Tuesday, August 24, 2010

Academic Affairs or Student Affairs? ~ Where to House an International/Study Abroad Office?

Institutions of higher education are interesting creatures.  I'm always interested in how they are structured and their history (which lends insight into how they were/are structured and organized).  At some institutions the international/study abroad office is housed under student affairs while other institutions house these operations under their academic affairs umbrella.  Some institutions have one office under student affairs and the other office under academic affairs.  There are certainly positives for housing the international/study abroad office under either of these institutional areas.

I don't necessarily think there is a correct answer to this and it really depends on the institutions themselves and their culture.

What are your thoughts and/or experience with this?  

Photo credit: arisexpress


  1. At my current campus, there is not an office of international affairs at all. So, at this point wherever the college decides to place such an office would be a great and much needed start. However, at my previous college the multi-cultural office was housed in the student affairs area, but worked very closely with the academic side of the college. In fact, the academic division, World Languages offered the credit ESOL courses for these students, while the multi-cultural office focused on the academic support areas. For example, all course scheduling, course requirements, curriculum, and etc was the responsibility of the academic division. However, all student services, such as advising, admission issues, registration, tutoring, programming, and testing were the responsibility of the multi-cultural office.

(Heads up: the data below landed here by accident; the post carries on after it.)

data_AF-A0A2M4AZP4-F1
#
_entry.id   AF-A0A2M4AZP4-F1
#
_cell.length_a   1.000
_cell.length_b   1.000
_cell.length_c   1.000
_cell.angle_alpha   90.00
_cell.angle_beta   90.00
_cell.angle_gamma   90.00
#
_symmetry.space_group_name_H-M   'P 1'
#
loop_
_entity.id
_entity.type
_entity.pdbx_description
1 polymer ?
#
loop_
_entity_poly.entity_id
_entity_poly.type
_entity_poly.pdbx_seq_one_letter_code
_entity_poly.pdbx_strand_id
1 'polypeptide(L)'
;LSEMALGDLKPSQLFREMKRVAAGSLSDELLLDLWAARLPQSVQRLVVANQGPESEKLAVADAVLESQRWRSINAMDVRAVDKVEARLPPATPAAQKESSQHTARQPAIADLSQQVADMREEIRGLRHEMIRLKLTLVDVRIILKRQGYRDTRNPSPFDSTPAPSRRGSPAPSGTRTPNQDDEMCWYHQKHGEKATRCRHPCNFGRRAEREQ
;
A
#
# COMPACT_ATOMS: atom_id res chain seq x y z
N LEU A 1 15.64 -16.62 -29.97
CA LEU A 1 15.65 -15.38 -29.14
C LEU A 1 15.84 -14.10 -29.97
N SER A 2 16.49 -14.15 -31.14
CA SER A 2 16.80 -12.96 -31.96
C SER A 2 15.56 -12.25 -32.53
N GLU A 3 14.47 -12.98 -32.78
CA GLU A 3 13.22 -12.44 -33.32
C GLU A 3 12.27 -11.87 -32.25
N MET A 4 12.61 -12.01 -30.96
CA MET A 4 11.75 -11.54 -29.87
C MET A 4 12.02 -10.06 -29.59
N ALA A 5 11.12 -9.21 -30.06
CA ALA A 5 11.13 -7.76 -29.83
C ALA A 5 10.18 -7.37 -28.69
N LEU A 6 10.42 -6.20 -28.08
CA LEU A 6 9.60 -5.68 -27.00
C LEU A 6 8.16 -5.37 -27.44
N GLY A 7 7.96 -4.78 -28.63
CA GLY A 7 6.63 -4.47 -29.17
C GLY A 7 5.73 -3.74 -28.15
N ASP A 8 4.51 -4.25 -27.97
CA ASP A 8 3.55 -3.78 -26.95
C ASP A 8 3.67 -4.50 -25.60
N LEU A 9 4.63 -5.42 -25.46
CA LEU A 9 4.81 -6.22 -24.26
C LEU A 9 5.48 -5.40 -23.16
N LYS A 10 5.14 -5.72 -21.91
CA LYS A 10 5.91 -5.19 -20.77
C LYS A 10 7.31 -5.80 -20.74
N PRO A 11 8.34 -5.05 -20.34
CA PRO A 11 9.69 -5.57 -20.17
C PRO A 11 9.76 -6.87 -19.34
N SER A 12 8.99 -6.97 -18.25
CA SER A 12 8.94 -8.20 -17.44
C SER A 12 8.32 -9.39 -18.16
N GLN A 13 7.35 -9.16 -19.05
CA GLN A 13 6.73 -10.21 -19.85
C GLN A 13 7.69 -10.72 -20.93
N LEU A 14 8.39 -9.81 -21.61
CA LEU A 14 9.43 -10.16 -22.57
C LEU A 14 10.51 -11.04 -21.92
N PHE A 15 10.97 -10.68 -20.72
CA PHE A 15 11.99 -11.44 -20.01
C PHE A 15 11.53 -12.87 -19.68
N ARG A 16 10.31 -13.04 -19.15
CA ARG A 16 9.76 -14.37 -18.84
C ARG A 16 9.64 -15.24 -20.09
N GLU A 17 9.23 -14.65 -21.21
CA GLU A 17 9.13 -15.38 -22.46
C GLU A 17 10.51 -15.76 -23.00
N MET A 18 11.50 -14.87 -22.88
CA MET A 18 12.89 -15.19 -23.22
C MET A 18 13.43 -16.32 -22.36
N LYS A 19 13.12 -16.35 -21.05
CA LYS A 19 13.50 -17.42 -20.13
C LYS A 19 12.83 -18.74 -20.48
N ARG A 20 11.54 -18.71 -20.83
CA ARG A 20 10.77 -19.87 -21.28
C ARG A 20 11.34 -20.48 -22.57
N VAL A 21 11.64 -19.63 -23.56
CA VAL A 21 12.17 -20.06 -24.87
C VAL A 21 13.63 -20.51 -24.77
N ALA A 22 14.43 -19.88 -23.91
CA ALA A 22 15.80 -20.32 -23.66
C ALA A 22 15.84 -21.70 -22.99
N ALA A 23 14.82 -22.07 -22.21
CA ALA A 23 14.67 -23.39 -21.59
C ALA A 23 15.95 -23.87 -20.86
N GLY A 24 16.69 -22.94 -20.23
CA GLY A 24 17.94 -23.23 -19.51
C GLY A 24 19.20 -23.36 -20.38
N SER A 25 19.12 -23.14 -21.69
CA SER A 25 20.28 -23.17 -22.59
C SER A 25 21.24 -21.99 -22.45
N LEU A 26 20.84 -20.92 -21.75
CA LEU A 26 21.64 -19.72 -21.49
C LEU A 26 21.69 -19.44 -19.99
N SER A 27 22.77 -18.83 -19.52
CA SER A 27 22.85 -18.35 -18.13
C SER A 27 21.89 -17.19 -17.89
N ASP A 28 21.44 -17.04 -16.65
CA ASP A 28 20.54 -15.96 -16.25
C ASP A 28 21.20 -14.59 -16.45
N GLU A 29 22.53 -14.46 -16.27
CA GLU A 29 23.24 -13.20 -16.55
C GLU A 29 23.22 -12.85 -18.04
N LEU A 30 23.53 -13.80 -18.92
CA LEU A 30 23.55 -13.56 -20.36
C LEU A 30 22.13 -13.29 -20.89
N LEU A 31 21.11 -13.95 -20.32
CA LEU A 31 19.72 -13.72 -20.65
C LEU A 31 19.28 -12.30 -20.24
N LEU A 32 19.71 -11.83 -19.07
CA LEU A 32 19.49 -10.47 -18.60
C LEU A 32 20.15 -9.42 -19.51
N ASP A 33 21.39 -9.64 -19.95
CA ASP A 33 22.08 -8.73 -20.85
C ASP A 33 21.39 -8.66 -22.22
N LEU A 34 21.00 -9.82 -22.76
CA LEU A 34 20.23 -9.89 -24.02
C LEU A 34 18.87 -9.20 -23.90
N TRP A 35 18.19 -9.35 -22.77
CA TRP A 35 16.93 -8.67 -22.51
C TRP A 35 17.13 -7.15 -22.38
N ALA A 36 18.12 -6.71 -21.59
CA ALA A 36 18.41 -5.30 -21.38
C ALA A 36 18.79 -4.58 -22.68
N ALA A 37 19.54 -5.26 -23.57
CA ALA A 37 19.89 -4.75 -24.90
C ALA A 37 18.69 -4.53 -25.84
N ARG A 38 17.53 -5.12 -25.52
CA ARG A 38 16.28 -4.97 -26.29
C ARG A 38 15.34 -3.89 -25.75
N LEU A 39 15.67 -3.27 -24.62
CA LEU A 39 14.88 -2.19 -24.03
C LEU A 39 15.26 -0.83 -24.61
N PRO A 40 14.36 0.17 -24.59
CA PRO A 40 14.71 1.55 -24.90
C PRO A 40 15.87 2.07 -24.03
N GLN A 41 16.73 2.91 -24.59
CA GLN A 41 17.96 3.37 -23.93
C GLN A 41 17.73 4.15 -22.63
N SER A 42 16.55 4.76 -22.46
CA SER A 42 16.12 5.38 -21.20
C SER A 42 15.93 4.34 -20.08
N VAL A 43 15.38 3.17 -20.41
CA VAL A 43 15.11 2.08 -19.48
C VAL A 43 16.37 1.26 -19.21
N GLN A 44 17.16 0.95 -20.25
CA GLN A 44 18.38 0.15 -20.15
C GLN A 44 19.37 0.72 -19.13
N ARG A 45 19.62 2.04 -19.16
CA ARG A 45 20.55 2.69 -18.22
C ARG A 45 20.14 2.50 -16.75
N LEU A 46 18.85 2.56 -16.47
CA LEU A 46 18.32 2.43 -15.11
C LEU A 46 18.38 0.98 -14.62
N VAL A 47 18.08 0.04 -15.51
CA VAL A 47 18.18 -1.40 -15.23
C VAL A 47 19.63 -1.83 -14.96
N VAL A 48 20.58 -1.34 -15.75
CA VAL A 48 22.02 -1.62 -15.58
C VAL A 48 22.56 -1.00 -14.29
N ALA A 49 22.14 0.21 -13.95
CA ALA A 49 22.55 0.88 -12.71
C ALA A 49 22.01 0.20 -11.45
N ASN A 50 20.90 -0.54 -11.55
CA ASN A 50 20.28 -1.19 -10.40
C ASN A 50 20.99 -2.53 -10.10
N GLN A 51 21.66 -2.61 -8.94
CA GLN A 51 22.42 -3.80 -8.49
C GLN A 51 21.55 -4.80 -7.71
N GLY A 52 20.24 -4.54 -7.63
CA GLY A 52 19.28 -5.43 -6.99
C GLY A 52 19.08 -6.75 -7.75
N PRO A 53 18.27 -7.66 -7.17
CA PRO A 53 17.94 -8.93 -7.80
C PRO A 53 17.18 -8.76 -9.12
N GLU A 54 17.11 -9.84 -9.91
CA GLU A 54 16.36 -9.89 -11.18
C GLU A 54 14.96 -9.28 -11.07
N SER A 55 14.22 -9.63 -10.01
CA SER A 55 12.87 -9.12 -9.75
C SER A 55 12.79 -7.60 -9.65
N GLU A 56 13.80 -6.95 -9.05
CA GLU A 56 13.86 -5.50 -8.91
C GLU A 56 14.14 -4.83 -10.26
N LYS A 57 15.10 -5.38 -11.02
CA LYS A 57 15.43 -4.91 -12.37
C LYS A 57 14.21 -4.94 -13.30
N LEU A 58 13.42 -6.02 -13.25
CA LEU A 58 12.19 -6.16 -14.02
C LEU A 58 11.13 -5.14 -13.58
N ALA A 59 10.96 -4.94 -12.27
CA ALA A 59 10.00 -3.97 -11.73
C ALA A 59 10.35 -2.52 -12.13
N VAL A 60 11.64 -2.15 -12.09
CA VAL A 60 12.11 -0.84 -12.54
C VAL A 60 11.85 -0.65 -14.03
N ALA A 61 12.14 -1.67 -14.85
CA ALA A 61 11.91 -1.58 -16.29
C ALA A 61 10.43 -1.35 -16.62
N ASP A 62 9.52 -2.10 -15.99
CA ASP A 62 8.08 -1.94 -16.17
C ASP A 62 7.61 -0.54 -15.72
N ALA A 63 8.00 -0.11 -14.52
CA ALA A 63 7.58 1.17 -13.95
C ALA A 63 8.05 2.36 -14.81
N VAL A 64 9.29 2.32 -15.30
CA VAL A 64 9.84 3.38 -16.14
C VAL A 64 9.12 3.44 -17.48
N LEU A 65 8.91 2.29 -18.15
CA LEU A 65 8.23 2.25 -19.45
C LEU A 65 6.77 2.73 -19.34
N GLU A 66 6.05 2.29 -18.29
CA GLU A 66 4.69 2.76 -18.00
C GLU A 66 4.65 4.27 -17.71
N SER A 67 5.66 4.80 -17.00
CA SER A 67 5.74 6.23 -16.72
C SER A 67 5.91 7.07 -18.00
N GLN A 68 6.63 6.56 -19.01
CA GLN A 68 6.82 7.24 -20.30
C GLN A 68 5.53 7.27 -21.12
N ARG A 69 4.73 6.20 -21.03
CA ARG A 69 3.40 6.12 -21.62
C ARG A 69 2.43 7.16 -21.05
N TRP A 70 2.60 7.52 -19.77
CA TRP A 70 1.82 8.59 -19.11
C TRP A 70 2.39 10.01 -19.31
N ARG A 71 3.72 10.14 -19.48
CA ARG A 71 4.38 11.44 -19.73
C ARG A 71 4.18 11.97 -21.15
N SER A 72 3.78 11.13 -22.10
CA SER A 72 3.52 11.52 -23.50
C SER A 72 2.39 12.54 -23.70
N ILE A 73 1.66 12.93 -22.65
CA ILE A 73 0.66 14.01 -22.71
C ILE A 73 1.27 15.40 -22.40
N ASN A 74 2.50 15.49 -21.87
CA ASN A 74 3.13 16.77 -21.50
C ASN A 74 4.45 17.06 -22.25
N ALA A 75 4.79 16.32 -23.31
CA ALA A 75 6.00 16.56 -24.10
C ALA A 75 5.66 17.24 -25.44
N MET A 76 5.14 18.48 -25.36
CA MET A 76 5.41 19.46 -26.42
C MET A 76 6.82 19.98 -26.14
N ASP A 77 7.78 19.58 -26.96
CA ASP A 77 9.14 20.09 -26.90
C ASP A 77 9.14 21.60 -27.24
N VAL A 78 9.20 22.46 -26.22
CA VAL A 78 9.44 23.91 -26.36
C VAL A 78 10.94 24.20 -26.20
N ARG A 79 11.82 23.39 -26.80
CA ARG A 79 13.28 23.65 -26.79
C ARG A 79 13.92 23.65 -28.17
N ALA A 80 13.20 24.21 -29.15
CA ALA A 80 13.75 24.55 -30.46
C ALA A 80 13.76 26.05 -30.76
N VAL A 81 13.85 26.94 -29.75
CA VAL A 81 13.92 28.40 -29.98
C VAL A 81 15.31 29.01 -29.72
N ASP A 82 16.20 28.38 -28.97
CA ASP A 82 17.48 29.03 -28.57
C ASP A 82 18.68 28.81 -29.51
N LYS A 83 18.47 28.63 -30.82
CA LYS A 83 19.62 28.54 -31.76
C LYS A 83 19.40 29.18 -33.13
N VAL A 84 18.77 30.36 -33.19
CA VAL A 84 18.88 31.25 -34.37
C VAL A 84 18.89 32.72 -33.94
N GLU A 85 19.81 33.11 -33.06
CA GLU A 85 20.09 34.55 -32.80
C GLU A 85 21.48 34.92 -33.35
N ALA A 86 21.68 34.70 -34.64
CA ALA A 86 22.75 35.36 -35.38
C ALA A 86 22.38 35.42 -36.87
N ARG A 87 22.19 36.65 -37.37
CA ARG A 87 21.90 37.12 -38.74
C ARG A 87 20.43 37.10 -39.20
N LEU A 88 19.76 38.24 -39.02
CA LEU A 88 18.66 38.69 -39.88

I worked as a part time academic advisor in the multi-cultural office during peak times, and at times, the above arrangement was cloudy, but consistent. Given my experiences and knowing the vast support and academic needs of international students, I think having both an academic and service department is beneficial to the students, especially if both can worth together and share similar goals and vision. Essentially, the mc office was a one-stop shop for these students and the individuals in that area focused on student support and understood the value and importance of their area.

    I cannot say either side is more qualified to house this area, I just merely believe in allowing people to do what they specialize in and are compassionate about. If you are an academic person, then focus on that area and allow the student services to provide the needed support programs and services students need. So, I think the dual departments is an excellent approach to meeting international students' needs.

  2. We house our international education program in the academic affairs department, which seems to work well because they are able to keep their finger on the pulse of how international students are doing, as well as being able to provide opportunities for studying abroad.

  3. Alex,

    Are all services for international students available in this one location?

  4. Where I work, the various parts of international were housed in a variety of different departments for a number of years. This did not work well, as communication between departments was poor and no-one knew what was happening in other areas. Then, last year, everything international came together under one umbrella and this works much better. Our international recruitment, admissions, study abroad and exchanges, English language programmes and international partnership development is all in the same department. We have monthly meetings so everyone can tell everyone else what they are working on, etc. and communication has vastly improved! Hopefully this translates into an improvement in services to the students.
    I think it does.